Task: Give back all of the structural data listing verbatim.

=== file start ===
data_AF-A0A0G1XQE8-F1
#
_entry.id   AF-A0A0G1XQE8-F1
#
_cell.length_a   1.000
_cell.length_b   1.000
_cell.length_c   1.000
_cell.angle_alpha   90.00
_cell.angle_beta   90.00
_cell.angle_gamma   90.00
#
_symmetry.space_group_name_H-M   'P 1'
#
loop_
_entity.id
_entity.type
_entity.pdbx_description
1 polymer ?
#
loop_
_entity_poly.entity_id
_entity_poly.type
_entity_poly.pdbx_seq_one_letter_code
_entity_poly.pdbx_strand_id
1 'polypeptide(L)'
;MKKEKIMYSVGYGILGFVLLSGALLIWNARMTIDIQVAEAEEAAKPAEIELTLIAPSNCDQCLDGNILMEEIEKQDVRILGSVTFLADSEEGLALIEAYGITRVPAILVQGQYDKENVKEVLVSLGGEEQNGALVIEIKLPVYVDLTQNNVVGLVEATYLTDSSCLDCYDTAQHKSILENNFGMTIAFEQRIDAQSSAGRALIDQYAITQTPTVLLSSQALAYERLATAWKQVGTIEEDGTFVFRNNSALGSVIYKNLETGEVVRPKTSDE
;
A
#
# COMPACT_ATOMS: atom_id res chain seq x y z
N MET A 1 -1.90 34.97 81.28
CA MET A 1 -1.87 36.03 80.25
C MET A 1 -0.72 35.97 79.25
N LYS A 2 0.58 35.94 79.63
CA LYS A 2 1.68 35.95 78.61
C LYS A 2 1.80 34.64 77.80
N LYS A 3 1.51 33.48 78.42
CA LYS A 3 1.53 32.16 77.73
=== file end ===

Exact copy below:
data_AF-A0A0G1XQE8-F1
#
_entry.id   AF-A0A0G1XQE8-F1
#
_cell.length_a   1.000
_cell.length_b   1.000
_cell.length_c   1.000
_cell.angle_alpha   90.00
_cell.angle_beta   90.00
_cell.angle_gamma   90.00
#
_symmetry.space_group_name_H-M   'P 1'
#
loop_
_entity.id
_entity.type
_entity.pdbx_description
1 polymer ?
#
loop_
_entity_poly.entity_id
_entity_poly.type
_entity_poly.pdbx_seq_one_letter_code
_entity_poly.pdbx_strand_id
1 'polypeptide(L)'
;MKKEKIMYSVGYGILGFVLLSGALLIWNARMTIDIQVAEAEEAAKPAEIELTLIAPSNCDQCLDGNILMEEIEKQDVRILGSVTFLADSEEGLALIEAYGITRVPAILVQGQYDKENVKEVLVSLGGEEQNGALVIEIKLPVYVDLTQNNVVGLVEATYLTDSSCLDCYDTAQHKSILENNFGMTIAFEQRIDAQSSAGRALIDQYAITQTPTVLLSSQALAYERLATAWKQVGTIEEDGTFVFRNNSALGSVIYKNLETGEVVRPKTSDE
;
A
#
# COMPACT_ATOMS: atom_id res chain seq x y z
N MET A 1 -1.90 34.97 81.28
CA MET A 1 -1.87 36.03 80.25
C MET A 1 -0.72 35.97 79.25
N LYS A 2 0.58 35.94 79.63
CA LYS A 2 1.68 35.95 78.61
C LYS A 2 1.80 34.64 77.80
N LYS A 3 1.51 33.48 78.42
CA LYS A 3 1.53 32.16 77.73